When Did Sex Dolls Get Realistic?

For nearly a century, one of the biggest challenges for sex dolls was the pursuit of realism both in how they looked and how they felt.

For decades, limited to materials such as vulcanised rubber, manufacturers and artisans struggled to make these dolls lifelike and it would take until the development of materials such as vinyl, latex and especially silicone for this to change.

However, alongside the technological issue surrounding making the dolls look closer to reality, there was also a psychological concept that meant they would not be appreciated until they reached a level of sophistication closer to the dolls we see on the market today.


Voyage Through The Uncanny Valley

Devised by roboticist Masahiro Mori in 1970, the uncanny valley is the idea that people like objects that look stylistically human-like up until a certain level of realism that is not quite total.

That initial feeling of empathy is replaced instead with an uncanny feeling towards something that looks almost but not quite human and was a particularly difficult problem for roboticists to solve when creating automata that were meant to look and act like people.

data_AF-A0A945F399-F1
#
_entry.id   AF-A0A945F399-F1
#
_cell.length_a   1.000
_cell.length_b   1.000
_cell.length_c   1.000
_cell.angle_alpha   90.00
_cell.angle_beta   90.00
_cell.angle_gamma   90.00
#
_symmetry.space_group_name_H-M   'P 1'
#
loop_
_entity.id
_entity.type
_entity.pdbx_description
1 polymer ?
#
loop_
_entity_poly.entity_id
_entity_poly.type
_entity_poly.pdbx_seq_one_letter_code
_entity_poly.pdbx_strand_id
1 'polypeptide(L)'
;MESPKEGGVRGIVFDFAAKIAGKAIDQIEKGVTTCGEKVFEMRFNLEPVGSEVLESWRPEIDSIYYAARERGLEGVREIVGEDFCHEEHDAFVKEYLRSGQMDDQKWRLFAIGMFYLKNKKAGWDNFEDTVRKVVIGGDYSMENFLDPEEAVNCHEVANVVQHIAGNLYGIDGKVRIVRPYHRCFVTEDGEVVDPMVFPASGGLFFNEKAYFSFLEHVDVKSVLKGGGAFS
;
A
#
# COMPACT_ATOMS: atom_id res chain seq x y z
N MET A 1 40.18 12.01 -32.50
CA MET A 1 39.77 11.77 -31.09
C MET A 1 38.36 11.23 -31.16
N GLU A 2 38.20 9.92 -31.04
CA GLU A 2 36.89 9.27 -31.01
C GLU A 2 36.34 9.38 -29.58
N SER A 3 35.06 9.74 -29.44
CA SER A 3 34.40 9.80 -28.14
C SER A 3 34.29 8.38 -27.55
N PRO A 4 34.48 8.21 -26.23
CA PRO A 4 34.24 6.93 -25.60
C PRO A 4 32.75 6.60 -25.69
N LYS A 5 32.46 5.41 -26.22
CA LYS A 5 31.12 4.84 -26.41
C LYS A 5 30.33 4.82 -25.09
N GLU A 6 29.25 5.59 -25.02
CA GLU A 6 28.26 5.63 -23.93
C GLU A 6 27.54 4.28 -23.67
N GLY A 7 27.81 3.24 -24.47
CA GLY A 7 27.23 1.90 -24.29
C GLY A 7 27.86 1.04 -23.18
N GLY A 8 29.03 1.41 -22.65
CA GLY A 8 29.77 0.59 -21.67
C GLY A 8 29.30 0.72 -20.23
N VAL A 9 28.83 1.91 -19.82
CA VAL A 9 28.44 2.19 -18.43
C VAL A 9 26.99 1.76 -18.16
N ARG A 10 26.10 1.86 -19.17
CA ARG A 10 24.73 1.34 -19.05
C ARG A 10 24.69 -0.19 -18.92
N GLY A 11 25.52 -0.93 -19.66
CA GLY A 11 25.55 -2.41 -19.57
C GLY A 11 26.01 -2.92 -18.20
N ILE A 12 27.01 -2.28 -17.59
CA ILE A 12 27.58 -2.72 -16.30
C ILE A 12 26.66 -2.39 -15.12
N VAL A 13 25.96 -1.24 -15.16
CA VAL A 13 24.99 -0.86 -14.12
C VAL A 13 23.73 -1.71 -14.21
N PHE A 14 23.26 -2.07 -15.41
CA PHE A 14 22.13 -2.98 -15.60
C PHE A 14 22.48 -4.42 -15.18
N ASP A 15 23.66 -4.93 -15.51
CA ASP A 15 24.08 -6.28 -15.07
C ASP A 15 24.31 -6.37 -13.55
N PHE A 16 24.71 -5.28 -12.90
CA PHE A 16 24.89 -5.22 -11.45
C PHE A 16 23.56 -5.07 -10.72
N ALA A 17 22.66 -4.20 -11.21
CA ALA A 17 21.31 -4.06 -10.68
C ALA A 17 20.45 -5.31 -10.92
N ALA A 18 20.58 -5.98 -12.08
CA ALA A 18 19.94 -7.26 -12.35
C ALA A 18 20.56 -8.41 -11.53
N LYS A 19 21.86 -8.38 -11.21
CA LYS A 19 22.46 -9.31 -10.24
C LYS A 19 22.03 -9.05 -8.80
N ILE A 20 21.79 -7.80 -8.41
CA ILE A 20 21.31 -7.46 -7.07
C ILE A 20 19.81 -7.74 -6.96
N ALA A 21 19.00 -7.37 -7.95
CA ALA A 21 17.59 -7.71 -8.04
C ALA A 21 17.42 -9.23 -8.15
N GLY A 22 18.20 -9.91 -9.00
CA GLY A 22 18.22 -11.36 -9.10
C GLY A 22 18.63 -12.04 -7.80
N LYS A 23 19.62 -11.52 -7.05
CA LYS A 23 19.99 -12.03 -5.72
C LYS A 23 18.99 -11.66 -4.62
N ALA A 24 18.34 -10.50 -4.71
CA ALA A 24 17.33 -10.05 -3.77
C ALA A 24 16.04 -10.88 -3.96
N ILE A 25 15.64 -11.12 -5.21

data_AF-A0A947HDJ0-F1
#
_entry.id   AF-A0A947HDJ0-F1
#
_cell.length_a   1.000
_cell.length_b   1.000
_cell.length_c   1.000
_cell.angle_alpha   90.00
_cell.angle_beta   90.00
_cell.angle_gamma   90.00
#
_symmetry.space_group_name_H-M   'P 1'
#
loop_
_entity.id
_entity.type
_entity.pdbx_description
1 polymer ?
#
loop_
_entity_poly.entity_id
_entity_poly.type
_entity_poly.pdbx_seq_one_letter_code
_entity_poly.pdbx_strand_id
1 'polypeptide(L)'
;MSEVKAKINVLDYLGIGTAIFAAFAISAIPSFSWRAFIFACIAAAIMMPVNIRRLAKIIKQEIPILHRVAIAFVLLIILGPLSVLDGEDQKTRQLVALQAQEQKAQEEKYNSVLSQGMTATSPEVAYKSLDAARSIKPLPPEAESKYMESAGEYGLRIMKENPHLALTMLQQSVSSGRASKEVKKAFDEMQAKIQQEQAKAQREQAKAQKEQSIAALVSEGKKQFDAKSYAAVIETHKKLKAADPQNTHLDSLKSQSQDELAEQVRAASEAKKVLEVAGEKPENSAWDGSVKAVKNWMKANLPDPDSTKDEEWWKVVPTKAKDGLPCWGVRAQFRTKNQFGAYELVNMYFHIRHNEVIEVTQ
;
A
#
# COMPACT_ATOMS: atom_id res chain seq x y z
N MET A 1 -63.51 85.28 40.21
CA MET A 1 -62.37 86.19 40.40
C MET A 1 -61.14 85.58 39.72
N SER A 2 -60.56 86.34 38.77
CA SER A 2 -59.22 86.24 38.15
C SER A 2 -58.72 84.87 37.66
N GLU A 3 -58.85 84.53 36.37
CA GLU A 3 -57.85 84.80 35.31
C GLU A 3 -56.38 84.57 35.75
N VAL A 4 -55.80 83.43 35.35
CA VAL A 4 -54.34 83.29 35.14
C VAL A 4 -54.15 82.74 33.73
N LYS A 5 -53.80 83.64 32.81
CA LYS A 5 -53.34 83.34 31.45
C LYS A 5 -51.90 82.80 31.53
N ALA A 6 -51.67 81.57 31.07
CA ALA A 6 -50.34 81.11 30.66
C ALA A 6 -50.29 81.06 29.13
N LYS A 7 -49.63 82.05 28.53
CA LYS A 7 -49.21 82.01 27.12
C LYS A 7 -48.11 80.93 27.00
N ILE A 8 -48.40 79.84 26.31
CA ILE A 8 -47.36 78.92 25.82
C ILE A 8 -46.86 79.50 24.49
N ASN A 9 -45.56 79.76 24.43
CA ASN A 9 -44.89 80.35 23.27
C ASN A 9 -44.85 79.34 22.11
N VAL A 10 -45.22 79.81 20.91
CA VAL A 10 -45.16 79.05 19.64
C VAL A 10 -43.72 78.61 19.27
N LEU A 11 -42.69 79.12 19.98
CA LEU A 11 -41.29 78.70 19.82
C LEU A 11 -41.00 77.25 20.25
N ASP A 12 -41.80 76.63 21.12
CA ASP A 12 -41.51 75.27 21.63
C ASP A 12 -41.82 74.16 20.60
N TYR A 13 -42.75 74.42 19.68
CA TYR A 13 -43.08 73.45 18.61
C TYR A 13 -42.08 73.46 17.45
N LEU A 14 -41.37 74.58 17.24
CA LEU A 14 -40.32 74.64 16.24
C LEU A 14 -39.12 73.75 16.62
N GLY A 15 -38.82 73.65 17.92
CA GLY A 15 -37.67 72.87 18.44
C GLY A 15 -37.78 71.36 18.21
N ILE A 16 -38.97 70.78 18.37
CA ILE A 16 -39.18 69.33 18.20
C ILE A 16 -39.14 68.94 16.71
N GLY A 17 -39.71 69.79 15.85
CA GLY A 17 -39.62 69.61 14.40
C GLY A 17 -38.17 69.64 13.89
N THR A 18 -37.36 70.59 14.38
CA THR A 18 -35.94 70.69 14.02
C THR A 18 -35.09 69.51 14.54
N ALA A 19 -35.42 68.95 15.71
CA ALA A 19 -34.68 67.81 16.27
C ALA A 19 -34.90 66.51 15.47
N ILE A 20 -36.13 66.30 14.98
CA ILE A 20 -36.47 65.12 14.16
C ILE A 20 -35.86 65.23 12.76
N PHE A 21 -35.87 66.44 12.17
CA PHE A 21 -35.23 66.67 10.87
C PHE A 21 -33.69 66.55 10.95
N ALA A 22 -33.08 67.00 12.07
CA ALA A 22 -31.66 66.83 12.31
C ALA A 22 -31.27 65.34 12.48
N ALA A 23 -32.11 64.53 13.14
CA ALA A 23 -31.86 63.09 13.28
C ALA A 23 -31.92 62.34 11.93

As soon as the illusion was broken it became thoroughly disturbing, and Mr Mori described it as a “bukami no tani”, a Japanese expression that roughly translates to uncanny valley.

This is part of the reason why successful dolls from the initial use of silicone in the 1960s until the rise of more realistic dolls in the 1990s tended to look more stylised and distinctly unrealistic, more blow-up novelty inflatable than silicone companion. 

In Japan, there was an underground market of life-sized dolls made of plastic, but they only tended to look realistic from a distance.

This would start to change in 1997.


A Modern Pygmalion

Matt McMullen was an art student who whilst working odd jobs and playing bands would start to sculpt an accurate, fully articulated and highly realistic mannequin, which in turn became the first RealDoll.

Whilst initially considered an art piece and largely a one-off, it started to develop considerable interest and he began to receive considerable attention initially locally and later internationally.

At the time, there was no doll that was anything close to it, and it attracted a lot of reactions, especially after radio DJ Howard Stern ordered one and waxed lyrical about how much he loved it.

This, combined with an episode of HBO’s Real Sex that has since become a cultural touchstone, changed the perception of sex dolls from low-priced novelty inflatable gifts to a companion for lonely people, regardless of their reasons for buying one.

One of the most fascinating examinations of this period of realistic dolls was the 2007 film Lars and the Real Girl, starring Ryan Gosling decades before he would star as a doll himself alongside Margot Robbie in 2023’s Barbie.

The film, later nominated for an Academy Award for Best Original Screenplay, was not a success, but it has since developed a cult following for its sincerity and for being one of the first works of fiction to explore the relationship a person has with a doll without being overly judgemental.

August 08, 2023


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